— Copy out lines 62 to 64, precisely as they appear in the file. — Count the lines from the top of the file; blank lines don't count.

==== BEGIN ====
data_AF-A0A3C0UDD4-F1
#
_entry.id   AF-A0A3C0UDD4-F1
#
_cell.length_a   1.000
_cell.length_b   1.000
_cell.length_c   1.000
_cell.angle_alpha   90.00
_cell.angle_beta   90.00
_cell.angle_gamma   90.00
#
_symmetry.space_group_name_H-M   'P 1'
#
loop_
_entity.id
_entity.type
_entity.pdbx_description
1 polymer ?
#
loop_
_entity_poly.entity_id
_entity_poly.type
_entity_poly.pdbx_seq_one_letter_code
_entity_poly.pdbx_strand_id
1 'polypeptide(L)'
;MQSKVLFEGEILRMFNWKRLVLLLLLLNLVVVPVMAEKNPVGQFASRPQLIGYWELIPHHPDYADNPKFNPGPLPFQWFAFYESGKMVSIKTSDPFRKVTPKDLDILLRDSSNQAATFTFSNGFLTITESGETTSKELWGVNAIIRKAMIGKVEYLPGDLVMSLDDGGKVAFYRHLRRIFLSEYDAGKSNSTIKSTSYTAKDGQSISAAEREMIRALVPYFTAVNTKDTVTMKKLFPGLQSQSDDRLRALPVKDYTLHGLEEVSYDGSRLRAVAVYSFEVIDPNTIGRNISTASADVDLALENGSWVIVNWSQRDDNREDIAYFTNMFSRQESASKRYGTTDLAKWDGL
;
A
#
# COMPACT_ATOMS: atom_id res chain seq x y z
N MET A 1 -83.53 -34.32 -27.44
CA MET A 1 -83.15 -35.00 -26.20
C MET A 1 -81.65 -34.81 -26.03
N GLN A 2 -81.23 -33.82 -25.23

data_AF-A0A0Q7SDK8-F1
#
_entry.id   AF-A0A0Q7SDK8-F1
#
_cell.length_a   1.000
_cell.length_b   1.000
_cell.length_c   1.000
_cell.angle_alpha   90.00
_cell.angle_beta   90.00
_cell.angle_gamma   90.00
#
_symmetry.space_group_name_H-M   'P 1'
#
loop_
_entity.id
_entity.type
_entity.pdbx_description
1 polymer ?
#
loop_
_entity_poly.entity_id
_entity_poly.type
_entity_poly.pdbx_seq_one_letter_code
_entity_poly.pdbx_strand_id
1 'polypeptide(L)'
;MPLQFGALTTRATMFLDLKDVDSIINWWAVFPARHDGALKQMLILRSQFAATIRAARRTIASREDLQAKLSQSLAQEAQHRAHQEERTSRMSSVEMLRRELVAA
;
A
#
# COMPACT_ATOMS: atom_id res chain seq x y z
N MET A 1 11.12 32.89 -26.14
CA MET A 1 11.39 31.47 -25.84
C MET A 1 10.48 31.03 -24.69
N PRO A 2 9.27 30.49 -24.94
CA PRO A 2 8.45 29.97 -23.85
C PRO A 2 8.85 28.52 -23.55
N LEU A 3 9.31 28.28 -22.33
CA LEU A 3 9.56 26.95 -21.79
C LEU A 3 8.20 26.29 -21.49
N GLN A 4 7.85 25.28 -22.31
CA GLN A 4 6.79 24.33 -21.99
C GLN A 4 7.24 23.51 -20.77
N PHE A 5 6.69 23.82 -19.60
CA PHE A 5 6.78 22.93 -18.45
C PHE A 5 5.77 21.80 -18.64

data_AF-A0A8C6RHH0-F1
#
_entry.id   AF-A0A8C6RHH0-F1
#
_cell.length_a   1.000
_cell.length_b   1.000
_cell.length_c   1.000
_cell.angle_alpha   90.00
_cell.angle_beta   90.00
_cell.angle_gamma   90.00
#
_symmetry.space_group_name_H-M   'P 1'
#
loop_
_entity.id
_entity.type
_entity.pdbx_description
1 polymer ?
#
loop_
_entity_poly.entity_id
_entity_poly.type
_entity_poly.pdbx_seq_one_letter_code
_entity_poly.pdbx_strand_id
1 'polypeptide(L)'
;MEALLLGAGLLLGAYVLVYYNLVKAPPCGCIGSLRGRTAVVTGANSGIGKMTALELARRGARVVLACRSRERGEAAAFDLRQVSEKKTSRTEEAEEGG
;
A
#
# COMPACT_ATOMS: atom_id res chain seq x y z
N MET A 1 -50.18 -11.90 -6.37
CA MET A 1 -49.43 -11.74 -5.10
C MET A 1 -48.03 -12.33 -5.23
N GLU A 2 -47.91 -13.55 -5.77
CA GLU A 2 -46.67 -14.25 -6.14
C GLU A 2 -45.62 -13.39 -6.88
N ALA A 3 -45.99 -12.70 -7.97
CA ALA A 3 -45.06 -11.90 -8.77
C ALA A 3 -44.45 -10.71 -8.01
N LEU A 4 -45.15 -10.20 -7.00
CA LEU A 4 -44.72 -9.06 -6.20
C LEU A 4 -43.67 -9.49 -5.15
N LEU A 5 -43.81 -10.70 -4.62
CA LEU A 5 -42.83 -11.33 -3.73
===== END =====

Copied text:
A
#
# COMPACT_ATOMS: atom_id res chain seq x y z